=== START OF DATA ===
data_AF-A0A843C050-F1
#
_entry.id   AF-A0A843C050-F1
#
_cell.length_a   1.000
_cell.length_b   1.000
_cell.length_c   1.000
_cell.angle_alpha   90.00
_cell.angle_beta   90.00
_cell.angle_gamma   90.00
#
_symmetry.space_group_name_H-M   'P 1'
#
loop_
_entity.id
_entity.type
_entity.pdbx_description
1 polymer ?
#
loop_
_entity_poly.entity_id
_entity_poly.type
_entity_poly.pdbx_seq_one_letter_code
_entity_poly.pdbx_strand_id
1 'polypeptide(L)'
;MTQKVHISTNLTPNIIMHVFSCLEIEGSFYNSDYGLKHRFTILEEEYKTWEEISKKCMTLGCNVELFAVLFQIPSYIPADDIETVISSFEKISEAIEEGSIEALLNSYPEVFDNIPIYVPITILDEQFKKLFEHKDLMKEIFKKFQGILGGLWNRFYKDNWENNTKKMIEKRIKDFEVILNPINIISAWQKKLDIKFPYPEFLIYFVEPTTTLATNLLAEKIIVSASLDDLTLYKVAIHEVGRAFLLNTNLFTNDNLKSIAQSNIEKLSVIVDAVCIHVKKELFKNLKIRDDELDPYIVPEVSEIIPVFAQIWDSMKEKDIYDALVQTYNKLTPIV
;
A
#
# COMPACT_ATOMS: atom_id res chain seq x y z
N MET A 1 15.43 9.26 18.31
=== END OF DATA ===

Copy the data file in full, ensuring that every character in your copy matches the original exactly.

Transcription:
data_AF-A0A843C050-F1
#
_entry.id   AF-A0A843C050-F1
#
_cell.length_a   1.000
_cell.length_b   1.000
_cell.length_c   1.000
_cell.angle_alpha   90.00
_cell.angle_beta   90.00
_cell.angle_gamma   90.00
#
_symmetry.space_group_name_H-M   'P 1'
#
loop_
_entity.id
_entity.type
_entity.pdbx_description
1 polymer ?
#
loop_
_entity_poly.entity_id
_entity_poly.type
_entity_poly.pdbx_seq_one_letter_code
_entity_poly.pdbx_strand_id
1 'polypeptide(L)'
;MTQKVHISTNLTPNIIMHVFSCLEIEGSFYNSDYGLKHRFTILEEEYKTWEEISKKCMTLGCNVELFAVLFQIPSYIPADDIETVISSFEKISEAIEEGSIEALLNSYPEVFDNIPIYVPITILDEQFKKLFEHKDLMKEIFKKFQGILGGLWNRFYKDNWENNTKKMIEKRIKDFEVILNPINIISAWQKKLDIKFPYPEFLIYFVEPTTTLATNLLAEKIIVSASLDDLTLYKVAIHEVGRAFLLNTNLFTNDNLKSIAQSNIEKLSVIVDAVCIHVKKELFKNLKIRDDELDPYIVPEVSEIIPVFAQIWDSMKEKDIYDALVQTYNKLTPIV
;
A
#
# COMPACT_ATOMS: atom_id res chain seq x y z
N MET A 1 15.43 9.26 18.31